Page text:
Employee Spotlight: Angelia
July 26, 2016
They’re really good shots around here. Some even know exactly what parts of the ceiling to shoot to bounce the darts off of to hit you if they can’t find a direct line.
Patriot Team Spotlight is a chance for us to do a close-up on the talented and fascinating individuals who make up our Patriot Software team.
Today we’re talking to Angelia, a member of Patriot’s web design team. Angelia is a Kent State grad with a degree in Visual Communication Design, and she works here in good ol’ Canton, Ohio. She has a passion for cats, dreams, and not getting shot with Nerf guns (even though she’s holding one in her profile picture).
Patriot Spotlight: Angelia
It’s not a stretch to say that I think you are one of the more interesting people we have in this office, at least if your awesome stories at lunch are anything to go on.
That’s just because I always end up telling people about the wacky dreams I have!
Now that is a great place to start. Tell me, what was your latest wacky dream?
Well, just recently, I dreamt that my mouse, my computer mouse, had mice in the mouse, and the little mice were actually operating the mouse from inside. But they got out and, of course, I had a cat, and the cat started chasing them around and … well, then my computer was broken and I didn’t get any work done.
Your mouse-mouse broke. I’ll bet those are hard to replace.
How many mice were there? Please say three.
Yes, there were three.
And were they blind?
I don’t know. I didn’t ask them!
Okay, so, what you’re going to have to do is re-dream this, “Inception”-style, and get me an answer on that.
Okay, I can do that. I’ve had “Inception”-style dreams before.
With Leonardo DiCaprio?
I don’t think he was there, but I did dream that I was at work here, and I fell off this really tall ladder. And as I was falling off the ladder I thought to myself that I would never be on a ladder here at work, you know, because I’m a designer and not a ladder climber person—
That’s actually the technical name of that profession. “Ladder climber persons.” They’re in high demand right now, but we’re not hiring.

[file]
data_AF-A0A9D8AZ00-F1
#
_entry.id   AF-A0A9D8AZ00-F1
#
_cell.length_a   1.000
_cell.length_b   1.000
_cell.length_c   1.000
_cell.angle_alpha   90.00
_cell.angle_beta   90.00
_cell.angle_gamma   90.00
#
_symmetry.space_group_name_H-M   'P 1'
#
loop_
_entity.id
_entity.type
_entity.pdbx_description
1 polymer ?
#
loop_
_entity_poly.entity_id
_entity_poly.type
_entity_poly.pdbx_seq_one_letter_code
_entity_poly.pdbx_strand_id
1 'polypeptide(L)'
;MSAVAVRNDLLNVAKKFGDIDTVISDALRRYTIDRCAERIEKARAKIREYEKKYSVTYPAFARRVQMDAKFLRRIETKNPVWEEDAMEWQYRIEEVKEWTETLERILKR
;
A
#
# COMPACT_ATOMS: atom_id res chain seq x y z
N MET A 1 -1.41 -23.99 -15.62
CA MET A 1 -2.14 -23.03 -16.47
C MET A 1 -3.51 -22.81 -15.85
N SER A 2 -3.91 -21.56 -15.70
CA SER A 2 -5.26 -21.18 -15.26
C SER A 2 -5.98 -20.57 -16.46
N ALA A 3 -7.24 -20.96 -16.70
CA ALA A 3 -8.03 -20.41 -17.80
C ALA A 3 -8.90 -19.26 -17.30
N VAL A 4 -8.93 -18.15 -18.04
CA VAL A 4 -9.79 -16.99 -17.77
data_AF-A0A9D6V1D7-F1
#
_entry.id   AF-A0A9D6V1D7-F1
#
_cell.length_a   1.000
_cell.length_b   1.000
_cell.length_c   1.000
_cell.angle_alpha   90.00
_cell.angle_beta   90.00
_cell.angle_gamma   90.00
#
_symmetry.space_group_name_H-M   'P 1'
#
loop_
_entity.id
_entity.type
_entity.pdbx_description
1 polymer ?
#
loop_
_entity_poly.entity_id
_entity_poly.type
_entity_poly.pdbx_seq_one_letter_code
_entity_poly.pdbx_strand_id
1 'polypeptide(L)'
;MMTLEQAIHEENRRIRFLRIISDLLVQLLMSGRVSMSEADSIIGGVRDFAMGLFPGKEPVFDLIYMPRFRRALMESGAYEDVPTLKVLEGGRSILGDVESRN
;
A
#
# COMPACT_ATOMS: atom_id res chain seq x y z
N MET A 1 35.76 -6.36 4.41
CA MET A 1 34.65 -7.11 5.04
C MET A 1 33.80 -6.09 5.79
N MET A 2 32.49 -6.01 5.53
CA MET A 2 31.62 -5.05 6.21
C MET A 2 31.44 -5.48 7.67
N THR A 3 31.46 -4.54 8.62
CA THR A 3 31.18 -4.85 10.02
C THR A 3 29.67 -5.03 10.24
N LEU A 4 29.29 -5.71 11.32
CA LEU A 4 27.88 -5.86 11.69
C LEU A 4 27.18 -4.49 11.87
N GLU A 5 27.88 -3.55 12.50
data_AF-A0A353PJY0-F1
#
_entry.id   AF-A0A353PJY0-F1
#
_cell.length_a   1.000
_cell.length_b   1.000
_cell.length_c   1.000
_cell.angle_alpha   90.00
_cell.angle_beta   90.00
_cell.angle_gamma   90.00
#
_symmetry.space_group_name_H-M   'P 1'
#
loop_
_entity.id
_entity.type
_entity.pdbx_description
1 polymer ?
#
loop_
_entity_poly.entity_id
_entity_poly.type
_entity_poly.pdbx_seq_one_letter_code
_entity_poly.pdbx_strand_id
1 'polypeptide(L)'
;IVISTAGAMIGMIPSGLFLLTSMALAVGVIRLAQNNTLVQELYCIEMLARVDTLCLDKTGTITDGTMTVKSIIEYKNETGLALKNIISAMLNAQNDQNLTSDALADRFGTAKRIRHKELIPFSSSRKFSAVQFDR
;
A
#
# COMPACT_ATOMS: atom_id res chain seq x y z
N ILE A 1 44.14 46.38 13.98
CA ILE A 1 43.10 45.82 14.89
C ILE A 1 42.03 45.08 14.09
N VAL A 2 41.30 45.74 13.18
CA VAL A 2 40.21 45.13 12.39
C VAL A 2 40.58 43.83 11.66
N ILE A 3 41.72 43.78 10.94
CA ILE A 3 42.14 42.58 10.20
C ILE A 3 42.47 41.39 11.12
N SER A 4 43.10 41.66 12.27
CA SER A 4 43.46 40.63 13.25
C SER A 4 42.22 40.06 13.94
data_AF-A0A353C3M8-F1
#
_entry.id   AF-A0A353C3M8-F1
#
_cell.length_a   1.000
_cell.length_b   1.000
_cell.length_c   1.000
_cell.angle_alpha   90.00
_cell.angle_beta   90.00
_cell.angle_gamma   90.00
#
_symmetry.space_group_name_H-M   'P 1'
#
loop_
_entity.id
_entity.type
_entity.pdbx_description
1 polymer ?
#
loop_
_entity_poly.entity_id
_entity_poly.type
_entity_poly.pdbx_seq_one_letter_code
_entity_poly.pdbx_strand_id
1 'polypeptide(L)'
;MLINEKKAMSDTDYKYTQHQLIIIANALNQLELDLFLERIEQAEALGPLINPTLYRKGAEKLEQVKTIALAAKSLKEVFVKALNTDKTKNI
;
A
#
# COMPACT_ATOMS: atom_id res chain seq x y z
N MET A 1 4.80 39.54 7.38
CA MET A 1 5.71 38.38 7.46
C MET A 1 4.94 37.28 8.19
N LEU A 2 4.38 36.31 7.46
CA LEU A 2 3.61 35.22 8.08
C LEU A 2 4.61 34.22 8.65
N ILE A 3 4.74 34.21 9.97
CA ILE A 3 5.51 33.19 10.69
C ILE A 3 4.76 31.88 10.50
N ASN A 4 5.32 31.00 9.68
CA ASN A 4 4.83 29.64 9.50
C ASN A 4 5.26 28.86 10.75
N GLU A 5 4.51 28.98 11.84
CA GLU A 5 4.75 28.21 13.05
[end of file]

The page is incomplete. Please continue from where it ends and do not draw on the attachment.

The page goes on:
—Okay, anyways, I realized that I would never be on a ladder at work, so I had to be dreaming, so I just woke myself up into another dream wherein I was explaining this all to the people in that dream.
How do you know you’re not dreaming all of this, right now?
So I guess you could say that working at Patriot Software is your dream come true, huh?
Wow, that was bad. Even for you. I’m laughing, but only at how bad that was.
In all seriousness, yeah, Patriot has everything you could want. I remember that in my first interview, everyone was so nice— and I was not dreaming that. Paul, my very first impression of the company, was super chill and easy to talk to. Not to mention, he was wearing a t-shirt and jeans. I remember thinking to myself, “Wow, he seems really cool, and I’d like to work for someone so cool and easygoing.” It helps me relax and focus.
Now that I’m here, it’s great. I get to be creative in some form every day.
Are we talking dream within a dream creative or just regular creative?
Well, I make websites, and they have to be usable so I can’t just create wild, formless stuff. I love the balance, because about half my time is spent trying to be innovative and creative, and the other half is spent trying to problem solve within the code, and find better ways to bring these websites to life. In other words, I get to use “both sides of my brain.” Also, my coworkers at Patriot are super helpful when I get stuck. This is a great place to learn and develop.